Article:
Happy Friday Chicago media mavens! Today’s Eye On Chi spotlight flashes on our pal Rick Kogan and his 2006 ode to Billy Sianis, Sam Sianis, Mike Royko, “Cheezeborger! Cheezeborger!” those wonderfully depressing Chicago Cubs, several goats, and yes, a tavern — a tidy piece of prose called A Chicago Tavern: a Goat, a Curse, and the American Dream.
I grabbed the book last week at Myopic on Milwaukee and have torn through it in two sittings; I’m two-thirds done and looking forward to finishing it today. As Rick writes in the acknowledgements, this is not simply a tourist-grabbing fluff piece that relies strictly on the name-recognition of the Goat, the Cubs, and SNL. As Rick writes in the acknowledgments about Sam and Bill Sianis approaching him about penning a book about their tavern:
I told them that if they wanted a book strictly for the tourist crowd we could slap it together in about 30 minutes: a lot of pictures, a few Mike Royko columns, some curse and Saturday Night Live stories.
But Sam said, “No, I want the real story for the tourists and everybody else too,” and he then did everything in his considerable power to make it happen, correcting some longstanding errors in the historical record and offering honest and often heartfelt answers to every question I asked him.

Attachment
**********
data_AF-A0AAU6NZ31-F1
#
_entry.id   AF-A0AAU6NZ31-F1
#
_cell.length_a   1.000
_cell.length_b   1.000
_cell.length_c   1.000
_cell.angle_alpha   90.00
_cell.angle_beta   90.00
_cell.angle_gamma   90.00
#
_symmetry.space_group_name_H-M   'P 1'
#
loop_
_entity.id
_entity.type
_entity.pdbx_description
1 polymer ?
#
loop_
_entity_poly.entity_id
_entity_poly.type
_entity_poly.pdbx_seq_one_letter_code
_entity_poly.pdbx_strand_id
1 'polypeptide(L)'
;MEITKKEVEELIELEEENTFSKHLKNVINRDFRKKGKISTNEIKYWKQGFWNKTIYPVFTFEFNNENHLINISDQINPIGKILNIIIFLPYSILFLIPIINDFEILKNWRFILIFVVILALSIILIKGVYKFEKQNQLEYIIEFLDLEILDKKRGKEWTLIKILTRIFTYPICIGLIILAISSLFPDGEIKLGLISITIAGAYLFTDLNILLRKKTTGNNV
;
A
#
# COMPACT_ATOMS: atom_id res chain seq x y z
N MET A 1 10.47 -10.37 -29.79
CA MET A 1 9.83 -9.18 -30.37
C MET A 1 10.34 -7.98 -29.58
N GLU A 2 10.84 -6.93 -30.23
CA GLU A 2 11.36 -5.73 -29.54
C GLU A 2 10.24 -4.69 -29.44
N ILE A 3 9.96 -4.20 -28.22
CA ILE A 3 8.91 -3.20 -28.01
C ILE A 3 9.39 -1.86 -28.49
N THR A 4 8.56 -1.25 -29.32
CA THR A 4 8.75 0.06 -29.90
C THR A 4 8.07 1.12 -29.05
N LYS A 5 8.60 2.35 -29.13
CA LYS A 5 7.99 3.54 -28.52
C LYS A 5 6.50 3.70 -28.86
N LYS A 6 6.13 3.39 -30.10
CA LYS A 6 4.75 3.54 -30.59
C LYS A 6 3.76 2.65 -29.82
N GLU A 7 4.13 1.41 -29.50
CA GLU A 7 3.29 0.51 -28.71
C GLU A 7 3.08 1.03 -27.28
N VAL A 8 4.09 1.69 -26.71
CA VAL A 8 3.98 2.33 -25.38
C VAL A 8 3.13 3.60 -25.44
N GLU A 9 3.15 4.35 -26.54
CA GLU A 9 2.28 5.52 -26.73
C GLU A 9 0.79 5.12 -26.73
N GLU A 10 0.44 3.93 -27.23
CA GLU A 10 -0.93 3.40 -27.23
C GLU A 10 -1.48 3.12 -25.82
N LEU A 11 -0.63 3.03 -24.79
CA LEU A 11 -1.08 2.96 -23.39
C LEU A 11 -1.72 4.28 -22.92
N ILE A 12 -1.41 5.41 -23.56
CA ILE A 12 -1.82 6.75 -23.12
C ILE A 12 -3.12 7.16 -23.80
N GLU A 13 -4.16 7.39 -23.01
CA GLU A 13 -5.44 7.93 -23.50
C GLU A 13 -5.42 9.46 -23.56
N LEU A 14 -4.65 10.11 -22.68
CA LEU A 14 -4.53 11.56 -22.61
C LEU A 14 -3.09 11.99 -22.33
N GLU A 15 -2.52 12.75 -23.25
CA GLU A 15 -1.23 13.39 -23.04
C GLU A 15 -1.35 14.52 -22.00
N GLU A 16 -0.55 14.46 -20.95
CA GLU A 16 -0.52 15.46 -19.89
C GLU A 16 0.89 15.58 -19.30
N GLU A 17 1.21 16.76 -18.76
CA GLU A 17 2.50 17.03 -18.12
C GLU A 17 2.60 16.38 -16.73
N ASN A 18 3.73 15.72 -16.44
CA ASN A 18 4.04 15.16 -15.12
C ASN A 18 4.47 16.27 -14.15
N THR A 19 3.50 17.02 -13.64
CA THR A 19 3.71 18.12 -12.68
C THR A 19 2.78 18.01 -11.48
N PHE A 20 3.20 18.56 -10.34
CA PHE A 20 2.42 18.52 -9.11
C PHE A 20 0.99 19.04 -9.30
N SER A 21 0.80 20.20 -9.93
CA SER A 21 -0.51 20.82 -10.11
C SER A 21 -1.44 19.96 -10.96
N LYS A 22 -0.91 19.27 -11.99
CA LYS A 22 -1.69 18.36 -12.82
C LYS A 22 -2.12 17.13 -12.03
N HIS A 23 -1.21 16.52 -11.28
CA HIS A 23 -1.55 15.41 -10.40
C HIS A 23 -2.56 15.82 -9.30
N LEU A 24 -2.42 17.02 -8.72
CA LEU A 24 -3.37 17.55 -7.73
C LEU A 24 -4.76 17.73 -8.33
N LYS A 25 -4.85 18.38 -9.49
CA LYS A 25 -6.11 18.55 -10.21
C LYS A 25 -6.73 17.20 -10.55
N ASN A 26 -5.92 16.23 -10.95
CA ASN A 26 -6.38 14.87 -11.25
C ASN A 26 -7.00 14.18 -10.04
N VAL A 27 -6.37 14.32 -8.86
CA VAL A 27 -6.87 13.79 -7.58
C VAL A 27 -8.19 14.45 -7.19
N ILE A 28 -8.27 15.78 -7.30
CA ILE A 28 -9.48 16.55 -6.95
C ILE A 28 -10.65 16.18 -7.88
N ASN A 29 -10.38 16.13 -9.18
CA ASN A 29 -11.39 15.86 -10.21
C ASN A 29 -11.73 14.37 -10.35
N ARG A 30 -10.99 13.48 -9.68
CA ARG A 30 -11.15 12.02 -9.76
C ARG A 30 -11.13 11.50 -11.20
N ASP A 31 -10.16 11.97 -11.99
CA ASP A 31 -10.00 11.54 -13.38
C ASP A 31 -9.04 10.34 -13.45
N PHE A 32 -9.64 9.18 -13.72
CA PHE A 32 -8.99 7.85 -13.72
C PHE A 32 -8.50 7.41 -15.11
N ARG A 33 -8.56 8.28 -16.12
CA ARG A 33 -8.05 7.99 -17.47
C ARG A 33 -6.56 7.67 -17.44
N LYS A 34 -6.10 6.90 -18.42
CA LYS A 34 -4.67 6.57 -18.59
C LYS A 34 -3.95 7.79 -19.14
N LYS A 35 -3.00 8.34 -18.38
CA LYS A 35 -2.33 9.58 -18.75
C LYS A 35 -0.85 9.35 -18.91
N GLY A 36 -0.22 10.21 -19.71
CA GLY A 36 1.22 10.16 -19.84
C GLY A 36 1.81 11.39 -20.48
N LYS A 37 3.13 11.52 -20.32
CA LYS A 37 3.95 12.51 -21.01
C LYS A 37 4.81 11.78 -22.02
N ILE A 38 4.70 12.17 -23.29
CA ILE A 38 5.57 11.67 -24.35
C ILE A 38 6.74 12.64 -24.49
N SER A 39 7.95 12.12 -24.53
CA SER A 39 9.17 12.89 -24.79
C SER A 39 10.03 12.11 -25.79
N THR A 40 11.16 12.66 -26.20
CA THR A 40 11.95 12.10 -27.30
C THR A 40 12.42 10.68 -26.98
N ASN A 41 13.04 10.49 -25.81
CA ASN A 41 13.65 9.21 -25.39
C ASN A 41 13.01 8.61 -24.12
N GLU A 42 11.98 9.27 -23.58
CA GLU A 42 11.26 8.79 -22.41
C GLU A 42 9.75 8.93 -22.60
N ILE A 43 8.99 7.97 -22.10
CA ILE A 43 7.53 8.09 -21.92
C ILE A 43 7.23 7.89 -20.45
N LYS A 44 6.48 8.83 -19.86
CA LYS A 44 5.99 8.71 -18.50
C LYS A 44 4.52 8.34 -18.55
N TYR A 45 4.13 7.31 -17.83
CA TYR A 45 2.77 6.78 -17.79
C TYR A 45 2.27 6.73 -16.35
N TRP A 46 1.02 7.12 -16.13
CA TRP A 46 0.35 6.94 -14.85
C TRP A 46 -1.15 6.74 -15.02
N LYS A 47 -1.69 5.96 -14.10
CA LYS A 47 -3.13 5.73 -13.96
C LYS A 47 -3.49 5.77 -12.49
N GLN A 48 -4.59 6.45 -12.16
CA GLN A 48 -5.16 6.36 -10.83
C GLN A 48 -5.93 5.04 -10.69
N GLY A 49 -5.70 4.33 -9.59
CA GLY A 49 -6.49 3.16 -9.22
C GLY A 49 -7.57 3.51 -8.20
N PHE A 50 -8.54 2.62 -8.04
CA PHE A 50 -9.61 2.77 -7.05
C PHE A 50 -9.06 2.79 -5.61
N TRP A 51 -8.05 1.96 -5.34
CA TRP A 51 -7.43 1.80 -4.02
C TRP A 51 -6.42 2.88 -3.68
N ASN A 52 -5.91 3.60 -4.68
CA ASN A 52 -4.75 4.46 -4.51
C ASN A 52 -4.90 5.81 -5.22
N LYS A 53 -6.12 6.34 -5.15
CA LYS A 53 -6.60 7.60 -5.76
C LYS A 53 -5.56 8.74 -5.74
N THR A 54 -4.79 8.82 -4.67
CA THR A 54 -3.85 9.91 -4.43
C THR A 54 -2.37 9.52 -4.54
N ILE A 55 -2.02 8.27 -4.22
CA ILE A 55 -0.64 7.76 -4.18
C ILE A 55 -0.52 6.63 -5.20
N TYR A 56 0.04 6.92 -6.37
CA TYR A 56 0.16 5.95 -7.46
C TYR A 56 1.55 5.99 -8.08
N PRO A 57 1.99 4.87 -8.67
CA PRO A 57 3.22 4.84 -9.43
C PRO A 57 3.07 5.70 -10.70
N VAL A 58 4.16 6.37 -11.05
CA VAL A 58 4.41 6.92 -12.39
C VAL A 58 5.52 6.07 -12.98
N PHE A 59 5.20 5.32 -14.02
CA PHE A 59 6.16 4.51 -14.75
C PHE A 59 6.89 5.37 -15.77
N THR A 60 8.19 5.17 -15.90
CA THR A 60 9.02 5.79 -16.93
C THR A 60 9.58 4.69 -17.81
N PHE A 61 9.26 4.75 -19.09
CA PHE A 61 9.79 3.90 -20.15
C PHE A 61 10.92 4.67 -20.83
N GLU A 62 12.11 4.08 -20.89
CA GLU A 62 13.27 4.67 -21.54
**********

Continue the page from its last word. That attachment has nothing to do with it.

You can say that again. A Chicago Tavern tells the story of the Billy Goat by telling the stories of the Sianis family, starting with William “Billy Goat” Sianis, the man made famous in Chicago when P.K. Wrigley refused park entry for Sianis’s goat before Game 4 of the 1945 World Series, a story that, in Chicago lore, ends with Sianis declaring at the park’s gates something to the effect of: “The Cubs will never win a World Series until they let in my goat!” or something. As usual, the truth is more interesting and more satisfying than the myth, and Kogan captures it here along with countless other Chicago stories. My favorite so far is when Billy Goat sees business sagging even with the 1944 Republican National Convention in town, and astutely posts a sign reading “No Republicans Allowed!” By the end of the day, furious Republicans demanding equal rights have given him one of his great nights of sales.
I’ve got a few more stories, but we’ll leave it at that.
From June 22: my own Billy Goat story.